Significant technological advancements have created endless possibilities in how security is not only deployed, but also leveraged by the end user – the customer. For example, customers can now view surveillance at eight different offices in eight different states from a single, central location. A security director can manage an enterprise-wide access control system, including revoking or granting access control privileges, for 10,000 global employees from a company’s headquarters. However, with that increased level of system sophistication comes an added level of complexity. After successfully completing the installation of a security system, integrators are now expected to formally and contractually prove that the system works as outlined in the project specification document. Tom Feilen, Director of National Accounts for Koorsen Security Technology explains that this formal checks and balance process is gaining momentum in the security industry. The step-by-step process of Acceptance Testing is more commonly being written into bid specifications, especially for projects that require the expertise of an engineer and/or architect. Simply put, it is a way for the end user to make sure the system they paid for works properly and is delivered by the integrator as outlined in the project’s request for proposal. While Acceptance Testing can be a time consuming process, it is a valuable industry tool. It is estimated that at least 95 per cent of integrated security systems today have been brought through the Acceptance Testing process. Security systems have become more complicated in recent years. The introduction of IP-based, enterprise-wide and integrated solutions have all opened the door to more sophisticated access control and surveillance systems than ever thought possible. This process can vary depending upon the size of the project, but for a larger scale project, it is not uncommon for Acceptance Testing to take several weeks from start to finish. This timeline can be especially lengthy when the project involves hundreds of devices, such as access control readers, surveillance cameras, video recorders, intrusion sensors, and intercom systems. Most integrated security systems today have been brought through the Acceptance Testing process What is involved in the Acceptance Testing process? While the specific process can vary from integrator to integrator, many follow a similar process with their customer to ensure the system works accurately and that the customer has the proper certification documentation. The initial part of the process typically involves generating a report of each device installed as part of the system. This list enables the systems integrator to systematically test each device ensuring that individual devices are not specific points of failure for the overall system. For example, in a building equipped with a system that automatically releases the egress doors upon the fire alarm activation, it is important to make sure each door’s electro-magnetic locking system is operating properly. The systems integrator would not only test that a door releases when the fire alarm sounds, but also to make sure the access control system is notified if the door is propped open or held open longer than in normal usage parameters. For a door that is also monitored by a surveillance camera, part of the testing would also involve making sure that an image being transmitted to a video monitor is coming from the correct surveillance camera and that the actual angle of the image is what the customer has requested and is correctly labelled as such. If a device does not function as it should, it is then added to a punch list that would require the systems integrator to repair that device within a certain period of time. Once repairs are made, the system integrator would then submit a letter to the client stating that every device has been tested and works properly. It is also important for the integrator that once the testing process is complete to obtain a customer sign off (Certificate of Acceptance) on all systems tested and documentation provided. This limits liability once the system is turned over. From a safety perspective, Acceptance Testing is also used to verify that T-bars and safety chains are installed on cameras that are mounted in drop ceilings. It can confirm that panels are mounted in a room that is properly heated and cooled to avoid major temperature swings. Also, as part of the Acceptance Testing checklist, it can insure that power supplies that drive all the security systems are properly rated with the recommended batteries for back-up. And, that emergency exist devices or card readers are not mounted more than 48-inches above ground. An Acceptance Testing process serves to protect the end user's investment After the project is complete, Acceptance Testing protects both parties involved against liability issues. One example is if the building has a fire and the functionality of the life safety system comes into question. Acceptance Testing can be used to prove that the system was able to function as specified and dispel any concerns about its performance. At that time, all close out sheets are turned in, along with as-built drawings and a manual providing a complete listing of each device and system installed. Today, these manuals not only come in paper form as part of a large binder, but also digital files saved to a disc. The benefit of providing the customer with a binder or documentation of the system is that should the end user/customer replace the person who manages security at the company, valuable information will not leave with that former employee. While this checklist to close out a project may appear trivial at first, it is an important part of the security project process. By implementing an Acceptance Testing program, it serves to protect the end user’s investment, ensuring that the systems integrators hired for the project is knowledgeable and provides quality work. For the integrator, it helps towards the end goal of a satisfied customer.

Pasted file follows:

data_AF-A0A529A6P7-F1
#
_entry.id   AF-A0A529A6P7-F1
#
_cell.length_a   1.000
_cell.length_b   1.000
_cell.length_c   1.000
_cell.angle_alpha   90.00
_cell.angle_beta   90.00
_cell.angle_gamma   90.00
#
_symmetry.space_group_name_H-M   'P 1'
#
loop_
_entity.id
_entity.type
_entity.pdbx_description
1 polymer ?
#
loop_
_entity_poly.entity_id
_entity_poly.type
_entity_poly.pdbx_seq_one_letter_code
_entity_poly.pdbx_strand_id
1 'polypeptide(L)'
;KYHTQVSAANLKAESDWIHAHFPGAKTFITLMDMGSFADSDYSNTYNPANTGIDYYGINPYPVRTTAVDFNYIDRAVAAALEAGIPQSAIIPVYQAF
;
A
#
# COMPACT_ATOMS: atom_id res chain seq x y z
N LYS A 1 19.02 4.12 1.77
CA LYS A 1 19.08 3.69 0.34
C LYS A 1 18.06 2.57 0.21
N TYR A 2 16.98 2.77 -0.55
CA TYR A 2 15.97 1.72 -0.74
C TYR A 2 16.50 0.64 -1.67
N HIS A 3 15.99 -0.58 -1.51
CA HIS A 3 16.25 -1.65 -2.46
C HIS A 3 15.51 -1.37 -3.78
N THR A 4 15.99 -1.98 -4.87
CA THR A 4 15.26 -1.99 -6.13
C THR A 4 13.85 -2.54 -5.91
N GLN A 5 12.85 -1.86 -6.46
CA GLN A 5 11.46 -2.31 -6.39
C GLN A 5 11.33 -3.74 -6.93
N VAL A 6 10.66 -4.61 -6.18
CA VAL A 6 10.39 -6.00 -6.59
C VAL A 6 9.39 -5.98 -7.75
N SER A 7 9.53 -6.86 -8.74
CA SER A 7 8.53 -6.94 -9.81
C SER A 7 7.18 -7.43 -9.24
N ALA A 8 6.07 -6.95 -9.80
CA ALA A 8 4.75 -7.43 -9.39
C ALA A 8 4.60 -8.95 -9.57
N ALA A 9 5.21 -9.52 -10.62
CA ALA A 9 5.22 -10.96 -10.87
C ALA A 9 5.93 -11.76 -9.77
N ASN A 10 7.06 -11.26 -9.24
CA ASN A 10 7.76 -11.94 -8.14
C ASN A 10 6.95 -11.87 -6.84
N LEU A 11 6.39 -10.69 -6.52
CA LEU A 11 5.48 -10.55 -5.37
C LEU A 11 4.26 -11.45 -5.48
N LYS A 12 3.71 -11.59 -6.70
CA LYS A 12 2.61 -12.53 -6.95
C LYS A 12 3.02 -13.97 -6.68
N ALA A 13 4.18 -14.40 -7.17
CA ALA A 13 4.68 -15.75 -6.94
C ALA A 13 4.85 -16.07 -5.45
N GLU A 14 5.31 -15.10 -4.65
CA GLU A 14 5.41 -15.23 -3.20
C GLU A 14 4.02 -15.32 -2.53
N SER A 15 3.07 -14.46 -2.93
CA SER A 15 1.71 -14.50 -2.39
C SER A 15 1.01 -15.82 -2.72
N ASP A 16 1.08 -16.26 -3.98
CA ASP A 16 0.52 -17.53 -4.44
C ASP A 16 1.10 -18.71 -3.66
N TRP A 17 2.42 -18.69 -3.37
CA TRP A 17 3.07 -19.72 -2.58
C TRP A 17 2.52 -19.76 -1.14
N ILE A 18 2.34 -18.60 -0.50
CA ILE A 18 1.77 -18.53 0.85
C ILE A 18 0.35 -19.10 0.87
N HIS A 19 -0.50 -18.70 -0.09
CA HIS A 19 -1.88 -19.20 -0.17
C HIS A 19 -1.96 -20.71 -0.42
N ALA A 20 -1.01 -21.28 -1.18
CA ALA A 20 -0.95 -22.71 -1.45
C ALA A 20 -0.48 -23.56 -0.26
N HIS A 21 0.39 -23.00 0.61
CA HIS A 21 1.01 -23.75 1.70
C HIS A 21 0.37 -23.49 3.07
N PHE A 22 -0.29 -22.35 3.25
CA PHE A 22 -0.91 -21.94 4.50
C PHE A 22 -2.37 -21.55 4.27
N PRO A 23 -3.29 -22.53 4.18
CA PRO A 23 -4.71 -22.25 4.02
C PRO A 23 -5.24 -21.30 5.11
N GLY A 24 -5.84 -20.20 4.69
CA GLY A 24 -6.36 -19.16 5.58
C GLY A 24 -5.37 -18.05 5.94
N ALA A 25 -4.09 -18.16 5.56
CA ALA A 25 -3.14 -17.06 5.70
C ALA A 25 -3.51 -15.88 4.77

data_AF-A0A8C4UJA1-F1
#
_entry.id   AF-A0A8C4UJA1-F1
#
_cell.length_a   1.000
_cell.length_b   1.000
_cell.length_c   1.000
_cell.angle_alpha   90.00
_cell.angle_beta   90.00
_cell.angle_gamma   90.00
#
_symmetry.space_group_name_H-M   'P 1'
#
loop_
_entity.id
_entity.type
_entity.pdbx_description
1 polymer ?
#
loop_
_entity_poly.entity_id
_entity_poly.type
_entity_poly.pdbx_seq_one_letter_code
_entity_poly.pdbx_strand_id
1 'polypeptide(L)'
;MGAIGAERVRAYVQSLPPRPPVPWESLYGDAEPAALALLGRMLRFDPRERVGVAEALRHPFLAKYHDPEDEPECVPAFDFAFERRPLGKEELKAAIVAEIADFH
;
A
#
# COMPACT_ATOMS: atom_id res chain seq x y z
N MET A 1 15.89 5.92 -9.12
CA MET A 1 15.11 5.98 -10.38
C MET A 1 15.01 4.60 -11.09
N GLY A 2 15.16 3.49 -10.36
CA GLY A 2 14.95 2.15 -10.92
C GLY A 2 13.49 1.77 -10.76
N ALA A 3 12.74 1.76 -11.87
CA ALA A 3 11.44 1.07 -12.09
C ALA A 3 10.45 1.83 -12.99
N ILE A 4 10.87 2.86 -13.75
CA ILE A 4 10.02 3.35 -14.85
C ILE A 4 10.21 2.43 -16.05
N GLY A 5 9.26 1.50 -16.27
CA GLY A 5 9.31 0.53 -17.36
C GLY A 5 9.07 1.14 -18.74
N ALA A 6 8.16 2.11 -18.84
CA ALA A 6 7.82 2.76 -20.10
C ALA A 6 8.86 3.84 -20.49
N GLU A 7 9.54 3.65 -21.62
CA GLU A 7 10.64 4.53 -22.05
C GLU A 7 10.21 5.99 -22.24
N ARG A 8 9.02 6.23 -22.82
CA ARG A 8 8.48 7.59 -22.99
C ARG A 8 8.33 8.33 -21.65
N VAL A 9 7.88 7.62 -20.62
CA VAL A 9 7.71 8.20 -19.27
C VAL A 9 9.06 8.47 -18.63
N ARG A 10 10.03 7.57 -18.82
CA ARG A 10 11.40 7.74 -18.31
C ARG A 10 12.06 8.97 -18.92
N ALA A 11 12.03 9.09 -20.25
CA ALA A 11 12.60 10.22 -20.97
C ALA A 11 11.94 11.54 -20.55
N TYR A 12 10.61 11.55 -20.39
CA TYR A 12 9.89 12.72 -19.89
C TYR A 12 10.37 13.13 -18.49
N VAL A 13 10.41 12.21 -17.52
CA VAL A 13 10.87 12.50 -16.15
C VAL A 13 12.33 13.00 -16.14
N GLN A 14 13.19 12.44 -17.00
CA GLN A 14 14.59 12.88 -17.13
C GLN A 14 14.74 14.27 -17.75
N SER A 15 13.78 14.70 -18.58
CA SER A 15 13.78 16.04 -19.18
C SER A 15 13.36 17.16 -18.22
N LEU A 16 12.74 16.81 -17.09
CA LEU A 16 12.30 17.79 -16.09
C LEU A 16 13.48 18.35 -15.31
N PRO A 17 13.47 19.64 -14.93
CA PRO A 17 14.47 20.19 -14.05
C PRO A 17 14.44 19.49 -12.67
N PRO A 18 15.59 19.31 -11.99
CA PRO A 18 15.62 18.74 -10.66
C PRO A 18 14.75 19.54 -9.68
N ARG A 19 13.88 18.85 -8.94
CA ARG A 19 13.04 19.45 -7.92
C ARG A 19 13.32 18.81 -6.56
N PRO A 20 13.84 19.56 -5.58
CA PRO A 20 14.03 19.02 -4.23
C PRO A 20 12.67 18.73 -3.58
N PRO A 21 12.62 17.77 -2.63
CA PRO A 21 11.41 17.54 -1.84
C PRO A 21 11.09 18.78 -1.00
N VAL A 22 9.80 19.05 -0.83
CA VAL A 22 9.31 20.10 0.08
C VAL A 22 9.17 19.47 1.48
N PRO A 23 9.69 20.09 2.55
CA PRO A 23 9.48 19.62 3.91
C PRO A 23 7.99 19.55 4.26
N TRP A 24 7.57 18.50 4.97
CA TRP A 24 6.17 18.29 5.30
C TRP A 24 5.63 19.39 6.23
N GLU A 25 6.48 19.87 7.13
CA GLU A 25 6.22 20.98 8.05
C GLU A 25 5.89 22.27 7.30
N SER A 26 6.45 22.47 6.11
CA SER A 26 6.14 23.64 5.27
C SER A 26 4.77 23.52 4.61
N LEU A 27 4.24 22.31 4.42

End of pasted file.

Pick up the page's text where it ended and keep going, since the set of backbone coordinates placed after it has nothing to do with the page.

Latest March Networks Corporation news